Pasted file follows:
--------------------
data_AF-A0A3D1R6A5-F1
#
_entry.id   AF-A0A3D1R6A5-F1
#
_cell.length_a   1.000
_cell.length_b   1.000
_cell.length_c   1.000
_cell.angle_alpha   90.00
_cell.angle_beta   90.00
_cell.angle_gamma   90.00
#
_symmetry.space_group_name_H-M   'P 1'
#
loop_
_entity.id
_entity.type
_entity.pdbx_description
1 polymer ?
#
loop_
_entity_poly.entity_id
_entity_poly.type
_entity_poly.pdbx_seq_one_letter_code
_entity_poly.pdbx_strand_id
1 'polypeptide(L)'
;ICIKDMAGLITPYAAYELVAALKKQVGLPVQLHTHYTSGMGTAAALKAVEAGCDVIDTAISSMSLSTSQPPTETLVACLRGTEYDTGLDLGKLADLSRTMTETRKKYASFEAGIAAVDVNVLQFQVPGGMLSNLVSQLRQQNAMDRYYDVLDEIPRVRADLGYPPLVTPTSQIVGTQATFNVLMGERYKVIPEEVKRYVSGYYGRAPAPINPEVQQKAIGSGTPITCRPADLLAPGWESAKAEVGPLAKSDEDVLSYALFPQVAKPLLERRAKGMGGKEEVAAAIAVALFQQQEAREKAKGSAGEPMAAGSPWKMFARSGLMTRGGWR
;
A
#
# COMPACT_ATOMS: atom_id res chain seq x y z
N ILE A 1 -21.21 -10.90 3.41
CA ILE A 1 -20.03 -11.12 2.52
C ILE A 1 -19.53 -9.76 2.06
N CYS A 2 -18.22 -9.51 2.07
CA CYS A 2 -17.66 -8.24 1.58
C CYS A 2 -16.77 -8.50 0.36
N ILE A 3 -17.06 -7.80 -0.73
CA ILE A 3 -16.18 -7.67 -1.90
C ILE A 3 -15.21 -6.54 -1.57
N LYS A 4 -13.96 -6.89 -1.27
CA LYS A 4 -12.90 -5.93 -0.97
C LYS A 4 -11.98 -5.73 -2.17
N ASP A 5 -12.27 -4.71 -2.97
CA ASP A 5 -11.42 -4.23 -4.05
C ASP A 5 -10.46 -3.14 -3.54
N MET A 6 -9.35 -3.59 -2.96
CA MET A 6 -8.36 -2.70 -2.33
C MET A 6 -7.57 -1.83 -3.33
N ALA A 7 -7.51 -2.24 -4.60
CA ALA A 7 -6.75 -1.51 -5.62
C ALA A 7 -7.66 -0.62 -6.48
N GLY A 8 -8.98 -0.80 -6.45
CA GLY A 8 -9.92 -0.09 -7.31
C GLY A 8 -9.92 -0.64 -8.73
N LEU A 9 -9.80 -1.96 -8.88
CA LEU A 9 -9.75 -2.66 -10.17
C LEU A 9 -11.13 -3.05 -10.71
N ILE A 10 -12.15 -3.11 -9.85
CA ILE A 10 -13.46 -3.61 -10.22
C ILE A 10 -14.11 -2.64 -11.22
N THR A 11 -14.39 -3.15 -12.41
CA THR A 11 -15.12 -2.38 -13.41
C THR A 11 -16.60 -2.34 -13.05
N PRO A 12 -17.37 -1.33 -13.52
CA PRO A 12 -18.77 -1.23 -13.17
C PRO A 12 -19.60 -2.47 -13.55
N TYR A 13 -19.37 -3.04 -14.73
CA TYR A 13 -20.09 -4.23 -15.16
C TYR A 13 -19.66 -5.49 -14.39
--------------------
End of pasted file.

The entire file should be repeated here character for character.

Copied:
data_AF-A0A3D1R6A5-F1
#
_entry.id   AF-A0A3D1R6A5-F1
#
_cell.length_a   1.000
_cell.length_b   1.000
_cell.length_c   1.000
_cell.angle_alpha   90.00
_cell.angle_beta   90.00
_cell.angle_gamma   90.00
#
_symmetry.space_group_name_H-M   'P 1'
#
loop_
_entity.id
_entity.type
_entity.pdbx_description
1 polymer ?
#
loop_
_entity_poly.entity_id
_entity_poly.type
_entity_poly.pdbx_seq_one_letter_code
_entity_poly.pdbx_strand_id
1 'polypeptide(L)'
;ICIKDMAGLITPYAAYELVAALKKQVGLPVQLHTHYTSGMGTAAALKAVEAGCDVIDTAISSMSLSTSQPPTETLVACLRGTEYDTGLDLGKLADLSRTMTETRKKYASFEAGIAAVDVNVLQFQVPGGMLSNLVSQLRQQNAMDRYYDVLDEIPRVRADLGYPPLVTPTSQIVGTQATFNVLMGERYKVIPEEVKRYVSGYYGRAPAPINPEVQQKAIGSGTPITCRPADLLAPGWESAKAEVGPLAKSDEDVLSYALFPQVAKPLLERRAKGMGGKEEVAAAIAVALFQQQEAREKAKGSAGEPMAAGSPWKMFARSGLMTRGGWR
;
A
#
# COMPACT_ATOMS: atom_id res chain seq x y z
N ILE A 1 -21.21 -10.90 3.41
CA ILE A 1 -20.03 -11.12 2.52
C ILE A 1 -19.53 -9.76 2.06
N CYS A 2 -18.22 -9.51 2.07
CA CYS A 2 -17.66 -8.24 1.58
C CYS A 2 -16.77 -8.50 0.36
N ILE A 3 -17.06 -7.80 -0.73
CA ILE A 3 -16.18 -7.67 -1.90
C ILE A 3 -15.21 -6.54 -1.57
N LYS A 4 -13.96 -6.89 -1.27
CA LYS A 4 -12.90 -5.93 -0.97
C LYS A 4 -11.98 -5.73 -2.17
N ASP A 5 -12.27 -4.71 -2.97
CA ASP A 5 -11.42 -4.23 -4.05
C ASP A 5 -10.46 -3.14 -3.54
N MET A 6 -9.35 -3.59 -2.96
CA MET A 6 -8.36 -2.70 -2.33
C MET A 6 -7.57 -1.83 -3.33
N ALA A 7 -7.51 -2.24 -4.60
CA ALA A 7 -6.75 -1.51 -5.62
C ALA A 7 -7.66 -0.62 -6.48
N GLY A 8 -8.98 -0.80 -6.45
CA GLY A 8 -9.92 -0.09 -7.31
C GLY A 8 -9.92 -0.64 -8.73
N LEU A 9 -9.80 -1.96 -8.88
CA LEU A 9 -9.75 -2.66 -10.17
C LEU A 9 -11.13 -3.05 -10.71
N ILE A 10 -12.15 -3.11 -9.85
CA ILE A 10 -13.46 -3.61 -10.22
C ILE A 10 -14.11 -2.64 -11.22
N THR A 11 -14.39 -3.15 -12.41
CA THR A 11 -15.12 -2.38 -13.41
C THR A 11 -16.60 -2.34 -13.05
N PRO A 12 -17.37 -1.33 -13.52
CA PRO A 12 -18.77 -1.23 -13.17
C PRO A 12 -19.60 -2.47 -13.55
N TYR A 13 -19.37 -3.04 -14.73
CA TYR A 13 -20.09 -4.23 -15.16
C TYR A 13 -19.66 -5.49 -14.39